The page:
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Waging a war against weight

Angie Bjorgaard prepares client Sarah Rasmussen for "Coolsculpting," a technique to get rid of stubborn fat at Sublime Aesthetic Professionals in Grand Forks. Herald photo by Eric Hylden/Grand Forks Herald

After giving birth to two kids, Sarah Rasmussen had a hard time ridding herself of stubborn fat in her midsection.

"The stomach is the hardest area to get rid of," said the East Grand Forks woman who tried exercising and dieting to reclaim her pre-baby body.

She also experimented at home with a body-wrap product that involves wrapping the body in bands designed to shrink offensive fat cells.

But she wasn't pleased with the result.

"They work only for a wedding or a weekend, but not long-term," she said. "The minute you drink or eat anything, you gain (the weight) right back."

The desire to recapture a svelte shape, combined with the willingness to plunk down significant amounts of money, has kept the bulge-busting industry in business.

Remember the thigh-master or other fitness fads and dieting trends?

That array has been joined by techniques such as liposuction, Botox treatments, microdermabrasion, sclerotherapy to eliminate "spider veins" and dermal fillers to plump and restore smoothness where wrinkles once ruled.

Freezing fat cells

Frustrated over her inability to shrink her stomach through conventional means, Rasmussen turned to one of the newest methods of body reshaping: "CoolSculpting."

The FDA-cleared technique uses a targeted cooling process that freezes fat cells underneath the skin. As a result, these cells die and are naturally eliminated from the body in one to four months, the time it takes for the body to dispose of the fat cells, according to the CoolSculpting website.

"FDA-cleared" refers to a category of approval reserved for low-risk procedures, for which side effects are minor and "it's rare to have anything go wrong," said Angie Bjorgaard, who owns Sublime Aesthetic Professionals in Grand Forks.

Her business is the first and only to offer CoolSculpting in North Dakota. The nearest outside of the Grand Forks location is in Minneapolis.

The process, which typically takes one to three hours, uses a vacuum-like apparatus that pulls and holds the area between two panels while fats cells are frozen.

Bjorgaard recommends one treatment if the client is within 10 pounds of goal weight. The cost for one treatment is $1400.

If the client is within 10 to 30 pounds of his or her goal weight, a second treatment is recommended. The cost is $1900 for two treatments, but "one treatment will make a difference," she said.

It "is not a weight-loss procedure," said Bjorgaard, a nurse and Cassleton, N.D., native. "You don't see a lot of pounds coming off.

"CoolSculpting zeroes in on fat pockets -- inner thigh, inner knee and bra-strap areas -- anywhere you can pinch at least one inch of fat."

'Overwhelming' response

Response to the business, which opened nearly a year ago, has been "overwhelming," she said, "from men and women alike."

"People don't want downtime, incisions or scars," she said. "More and more, we're going to noninvasive procedures."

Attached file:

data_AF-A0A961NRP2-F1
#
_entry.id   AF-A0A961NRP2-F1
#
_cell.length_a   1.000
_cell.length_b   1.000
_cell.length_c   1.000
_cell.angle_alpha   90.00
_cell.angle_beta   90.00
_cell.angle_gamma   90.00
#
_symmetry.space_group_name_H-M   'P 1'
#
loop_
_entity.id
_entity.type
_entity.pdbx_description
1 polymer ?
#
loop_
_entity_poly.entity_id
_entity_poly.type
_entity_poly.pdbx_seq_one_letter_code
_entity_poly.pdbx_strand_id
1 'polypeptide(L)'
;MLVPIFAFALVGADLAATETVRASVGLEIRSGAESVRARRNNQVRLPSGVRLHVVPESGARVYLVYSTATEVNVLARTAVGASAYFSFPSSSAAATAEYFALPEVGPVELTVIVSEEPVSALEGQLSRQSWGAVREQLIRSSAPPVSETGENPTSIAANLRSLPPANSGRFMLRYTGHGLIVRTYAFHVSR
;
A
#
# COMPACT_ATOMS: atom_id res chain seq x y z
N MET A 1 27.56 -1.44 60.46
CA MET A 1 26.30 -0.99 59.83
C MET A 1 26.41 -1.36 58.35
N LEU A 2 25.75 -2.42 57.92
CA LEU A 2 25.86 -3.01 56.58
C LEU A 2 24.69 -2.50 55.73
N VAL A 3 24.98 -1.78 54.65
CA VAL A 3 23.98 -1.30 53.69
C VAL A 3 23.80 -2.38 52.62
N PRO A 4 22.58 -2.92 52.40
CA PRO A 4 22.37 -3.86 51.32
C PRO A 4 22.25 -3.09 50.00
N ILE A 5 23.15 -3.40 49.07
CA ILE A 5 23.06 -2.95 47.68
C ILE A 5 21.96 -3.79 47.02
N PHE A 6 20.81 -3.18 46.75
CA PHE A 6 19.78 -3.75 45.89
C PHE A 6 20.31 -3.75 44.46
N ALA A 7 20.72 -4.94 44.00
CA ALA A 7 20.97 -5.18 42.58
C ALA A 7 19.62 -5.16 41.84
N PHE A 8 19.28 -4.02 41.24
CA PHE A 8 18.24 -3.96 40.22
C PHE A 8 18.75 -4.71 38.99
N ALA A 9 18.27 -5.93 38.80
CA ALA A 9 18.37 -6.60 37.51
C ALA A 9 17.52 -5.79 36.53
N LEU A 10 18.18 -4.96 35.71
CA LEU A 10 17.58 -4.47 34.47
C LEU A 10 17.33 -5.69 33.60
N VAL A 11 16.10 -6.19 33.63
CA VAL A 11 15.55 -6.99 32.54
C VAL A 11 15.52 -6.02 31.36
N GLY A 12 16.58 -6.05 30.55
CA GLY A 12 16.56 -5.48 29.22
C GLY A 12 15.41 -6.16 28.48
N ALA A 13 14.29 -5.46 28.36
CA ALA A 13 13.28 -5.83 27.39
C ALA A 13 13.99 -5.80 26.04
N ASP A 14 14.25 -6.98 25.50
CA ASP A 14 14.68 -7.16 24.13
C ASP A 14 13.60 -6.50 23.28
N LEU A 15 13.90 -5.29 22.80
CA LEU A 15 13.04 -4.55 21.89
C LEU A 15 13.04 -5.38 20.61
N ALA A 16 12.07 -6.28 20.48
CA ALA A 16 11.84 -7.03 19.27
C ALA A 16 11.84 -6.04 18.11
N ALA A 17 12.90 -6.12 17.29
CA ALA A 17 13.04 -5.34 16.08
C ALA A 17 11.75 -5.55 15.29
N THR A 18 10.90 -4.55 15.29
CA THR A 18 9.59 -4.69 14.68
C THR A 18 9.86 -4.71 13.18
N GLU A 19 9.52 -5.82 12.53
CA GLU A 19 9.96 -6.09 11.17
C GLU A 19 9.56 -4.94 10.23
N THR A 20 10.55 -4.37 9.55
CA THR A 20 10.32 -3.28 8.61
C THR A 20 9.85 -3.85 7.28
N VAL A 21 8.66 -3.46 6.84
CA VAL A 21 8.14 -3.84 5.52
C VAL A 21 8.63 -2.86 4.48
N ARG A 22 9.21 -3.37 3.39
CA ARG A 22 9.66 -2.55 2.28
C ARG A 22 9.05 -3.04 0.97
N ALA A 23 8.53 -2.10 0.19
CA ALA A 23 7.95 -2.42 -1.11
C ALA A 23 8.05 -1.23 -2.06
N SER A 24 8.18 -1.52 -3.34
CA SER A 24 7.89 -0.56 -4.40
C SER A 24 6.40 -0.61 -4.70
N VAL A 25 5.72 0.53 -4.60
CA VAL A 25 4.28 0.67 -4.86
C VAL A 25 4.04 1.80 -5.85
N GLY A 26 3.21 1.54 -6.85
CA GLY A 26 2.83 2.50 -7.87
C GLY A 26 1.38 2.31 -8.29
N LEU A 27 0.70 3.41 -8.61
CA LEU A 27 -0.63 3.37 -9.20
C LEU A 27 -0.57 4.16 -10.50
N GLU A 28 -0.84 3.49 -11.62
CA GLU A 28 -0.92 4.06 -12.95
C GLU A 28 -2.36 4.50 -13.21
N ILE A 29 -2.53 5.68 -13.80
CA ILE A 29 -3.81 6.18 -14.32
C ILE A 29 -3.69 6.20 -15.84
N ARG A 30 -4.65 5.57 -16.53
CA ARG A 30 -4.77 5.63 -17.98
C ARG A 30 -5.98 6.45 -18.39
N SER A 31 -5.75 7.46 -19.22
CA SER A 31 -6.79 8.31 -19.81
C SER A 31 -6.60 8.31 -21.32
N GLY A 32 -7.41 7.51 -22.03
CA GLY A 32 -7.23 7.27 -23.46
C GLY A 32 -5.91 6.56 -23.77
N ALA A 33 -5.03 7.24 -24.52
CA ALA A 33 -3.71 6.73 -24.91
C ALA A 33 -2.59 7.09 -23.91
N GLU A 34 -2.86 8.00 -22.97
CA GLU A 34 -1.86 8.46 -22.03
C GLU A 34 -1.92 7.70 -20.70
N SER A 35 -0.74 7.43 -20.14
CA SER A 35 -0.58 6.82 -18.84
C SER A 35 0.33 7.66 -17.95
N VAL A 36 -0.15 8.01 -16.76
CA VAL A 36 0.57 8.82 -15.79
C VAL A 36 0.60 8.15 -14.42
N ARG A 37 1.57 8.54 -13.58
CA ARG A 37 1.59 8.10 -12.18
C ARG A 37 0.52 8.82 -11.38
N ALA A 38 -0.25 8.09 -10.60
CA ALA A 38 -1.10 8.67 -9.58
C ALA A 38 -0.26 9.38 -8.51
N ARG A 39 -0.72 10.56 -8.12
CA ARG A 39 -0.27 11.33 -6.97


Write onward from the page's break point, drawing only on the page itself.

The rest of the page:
More men are finding their way to her business, she said. About one-fourth of her clients are men.

Those who have excessive fat pockets on their chests, a condition known as gynecomastia, have sought this treatment.

Her clients include "young men who are really self-conscious about it and don't want to take their shirt off," she said. "It's a real social problem."

But there are customers she would turn away, she said, such as people who are on blood-thinning medications, pregnant or breast-feeding, or have had a hernia, she said.

Flattening stomach

Rasmussen said she considered CoolSculpting for a couple of months.

"I went back and forth about it. I wondered, 'Should I do this? Is it going to work?'"

Her husband was supportive. "He said, 'Do whatever makes you happy,'" she said.

After two treatments, Rasmussen saw "a flattening down" of her stomach, she said. "My clothes fit me differently."

She said the only discomfort she felt was "in the first two minutes, when the machine is placed on your stomach. It was like really bad menstrual cramps.

"Then, they dim the lights a little, and you sit there for an hour. I read a book."

Treatment on the abdomen, the most sensitive area, results is feeling "like you did 100 sit-ups," said Bjorgaard. "You're sore the next day, but nothing that would prevent you from normal activities."

Rasmussen tries to maintain the results by focusing on eating healthy foods, practicing portion control, and exercising regularly.

"I love the results," she said. "If they had a big machine that could suck it all (the fat) away, I would do it."

Rasmussen works as a hair stylist and has recommended the procedure to her clients, "especially if there's stuff they can't get rid of," she said.

She may undergo the procedure again.

"I'd love to do my love-handle area. I'll save up and do that area next."


Bjorgaard and Amy Shimek, a family nurse practitioner, have been operating Sublime Aesthetics Professionals since last November. They have earned certification to offer CoolSculpting services.

The business's medical director is Dr. Ngozi Okoro, of Fargo, who used to practice at the Cancer Center of North Dakota in Grand Forks.

For CoolSculpting, the most frequent requests from clients is for treatment on the abdomen and flanks, Bjorgaard said. After that the inner thighs and inner knees are the next most-targeted areas.

Most clients are ages 35 to 55.

"They're done having children, and they have money to spend on themselves," she said.